There has been an extensive literature about business systems (Whitley, 1992a, 1992b), but business systems are only a part of the larger domain of social systems of production. At the same time, the concept of a business system is much broader than that of the firm. The business system involves the relationships between firms and their suppliers, their customers, their competitors, their owners and other sources of capital, and their employees. And across societies, there are many ways that these relationships get defined.

In some countries-for example, the United States-there has been a long history of firms integrating vertically, that is, suppliers and processors are integrated within a firm. In other countries, these relationships may be defined by competitive pricing, by long-term relationships, and by other strategies. In Japan, suppliers and processors exist in industrial groups which have been defined from the subcontracting relationships between large firms and their suppliers. These relationships are strengthened by neutral stockholding and interlocking directorships. The extensive cross-company pattern of stock ownership among firms in many industrial sectors is an important reason why Japanese firms can forsake short-term profit maximization in favor of a strategy of long-term goals. Moreover, the pattern of inter-corporate stockholding encourages many long-term business relationships in Japan, which in turn reinforce ties of interdependence, exchange relations, and reciprocal trust among firms (Aoki, 1988; Whitley, 1992a; Gerlach, 1992).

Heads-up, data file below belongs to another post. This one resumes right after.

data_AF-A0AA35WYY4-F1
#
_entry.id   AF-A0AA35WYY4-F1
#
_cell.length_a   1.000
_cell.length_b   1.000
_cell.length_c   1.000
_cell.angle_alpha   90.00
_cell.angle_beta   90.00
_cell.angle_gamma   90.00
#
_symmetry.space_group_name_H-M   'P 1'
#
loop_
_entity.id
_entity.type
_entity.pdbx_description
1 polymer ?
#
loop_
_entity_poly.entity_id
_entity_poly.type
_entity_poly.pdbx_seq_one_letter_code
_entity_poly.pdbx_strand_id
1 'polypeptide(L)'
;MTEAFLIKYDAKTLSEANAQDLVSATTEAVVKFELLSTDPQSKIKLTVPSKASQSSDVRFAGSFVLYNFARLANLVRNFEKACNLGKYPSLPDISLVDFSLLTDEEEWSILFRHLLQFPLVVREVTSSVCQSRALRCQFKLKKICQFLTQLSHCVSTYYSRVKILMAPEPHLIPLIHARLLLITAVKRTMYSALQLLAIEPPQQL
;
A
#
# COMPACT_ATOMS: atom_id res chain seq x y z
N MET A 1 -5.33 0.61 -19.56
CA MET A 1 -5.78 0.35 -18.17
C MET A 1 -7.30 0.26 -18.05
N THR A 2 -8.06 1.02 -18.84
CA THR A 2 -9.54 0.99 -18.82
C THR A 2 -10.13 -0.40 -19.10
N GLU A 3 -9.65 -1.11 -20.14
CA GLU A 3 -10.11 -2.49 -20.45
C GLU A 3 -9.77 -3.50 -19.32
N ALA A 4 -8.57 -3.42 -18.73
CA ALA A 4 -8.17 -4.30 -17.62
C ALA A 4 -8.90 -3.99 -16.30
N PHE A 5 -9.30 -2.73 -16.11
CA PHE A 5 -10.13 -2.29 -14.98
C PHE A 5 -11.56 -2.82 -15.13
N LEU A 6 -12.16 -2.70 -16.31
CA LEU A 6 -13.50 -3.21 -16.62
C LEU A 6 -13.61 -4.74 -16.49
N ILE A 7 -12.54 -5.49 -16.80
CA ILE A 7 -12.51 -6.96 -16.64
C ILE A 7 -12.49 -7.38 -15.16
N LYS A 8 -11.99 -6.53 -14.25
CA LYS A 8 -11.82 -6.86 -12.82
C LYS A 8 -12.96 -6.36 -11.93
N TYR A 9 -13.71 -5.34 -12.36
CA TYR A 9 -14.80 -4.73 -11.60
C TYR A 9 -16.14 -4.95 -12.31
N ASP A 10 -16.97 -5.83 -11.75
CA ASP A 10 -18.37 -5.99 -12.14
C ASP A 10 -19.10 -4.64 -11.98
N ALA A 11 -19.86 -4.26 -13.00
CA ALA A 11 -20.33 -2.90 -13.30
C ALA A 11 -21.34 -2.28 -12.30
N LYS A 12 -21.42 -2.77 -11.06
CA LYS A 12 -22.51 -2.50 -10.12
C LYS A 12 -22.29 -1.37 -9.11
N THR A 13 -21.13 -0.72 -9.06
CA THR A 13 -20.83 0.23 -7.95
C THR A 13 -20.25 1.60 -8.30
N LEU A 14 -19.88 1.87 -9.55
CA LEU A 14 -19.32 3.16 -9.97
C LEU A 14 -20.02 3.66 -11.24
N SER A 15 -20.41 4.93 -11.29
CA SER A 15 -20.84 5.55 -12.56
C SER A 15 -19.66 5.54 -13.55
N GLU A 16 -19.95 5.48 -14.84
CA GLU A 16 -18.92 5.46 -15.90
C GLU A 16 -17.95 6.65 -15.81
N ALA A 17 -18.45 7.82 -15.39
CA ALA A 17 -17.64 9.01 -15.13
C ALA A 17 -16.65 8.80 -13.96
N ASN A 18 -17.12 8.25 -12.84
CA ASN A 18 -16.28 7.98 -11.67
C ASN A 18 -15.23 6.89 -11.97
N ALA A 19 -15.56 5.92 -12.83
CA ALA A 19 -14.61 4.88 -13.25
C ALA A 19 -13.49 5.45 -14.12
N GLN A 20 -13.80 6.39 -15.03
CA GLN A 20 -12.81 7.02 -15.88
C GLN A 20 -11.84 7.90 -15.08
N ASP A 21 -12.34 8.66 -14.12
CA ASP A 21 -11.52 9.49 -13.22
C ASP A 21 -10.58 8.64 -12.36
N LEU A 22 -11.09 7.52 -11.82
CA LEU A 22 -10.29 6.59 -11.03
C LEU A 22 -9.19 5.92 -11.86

In the literature on social systems of production, a standard problem is whether societies have a single social system of production. Hollingsworth in the following essay suggests that although there is heterogeneity in terms of how firms within a single country define their relationships with their suppliers, customers, competitors, employees, and financiers, there does tend to be a dominant pattern in most societies by which these processes are defined. As a result, the relationships between firms and their institutional environment are more complex in the United States than in most countries-due in part to the fact that the United States is not only a very large country in terms of space and population, but it also has considerable ethnic heterogeneity. In three of the following essays, Peter Hall, Steven Casper, and Sigurt Vitols focus on certain aspects of the contemporary German social system of production. In chapter 12, Peter Hall calls our attention to the important point that even though there are powerful forces of globalization very much at work in the world, the way these play out within societies is quite varied. It is the distinctiveness of social systems of production of societies which is responsible for this variation.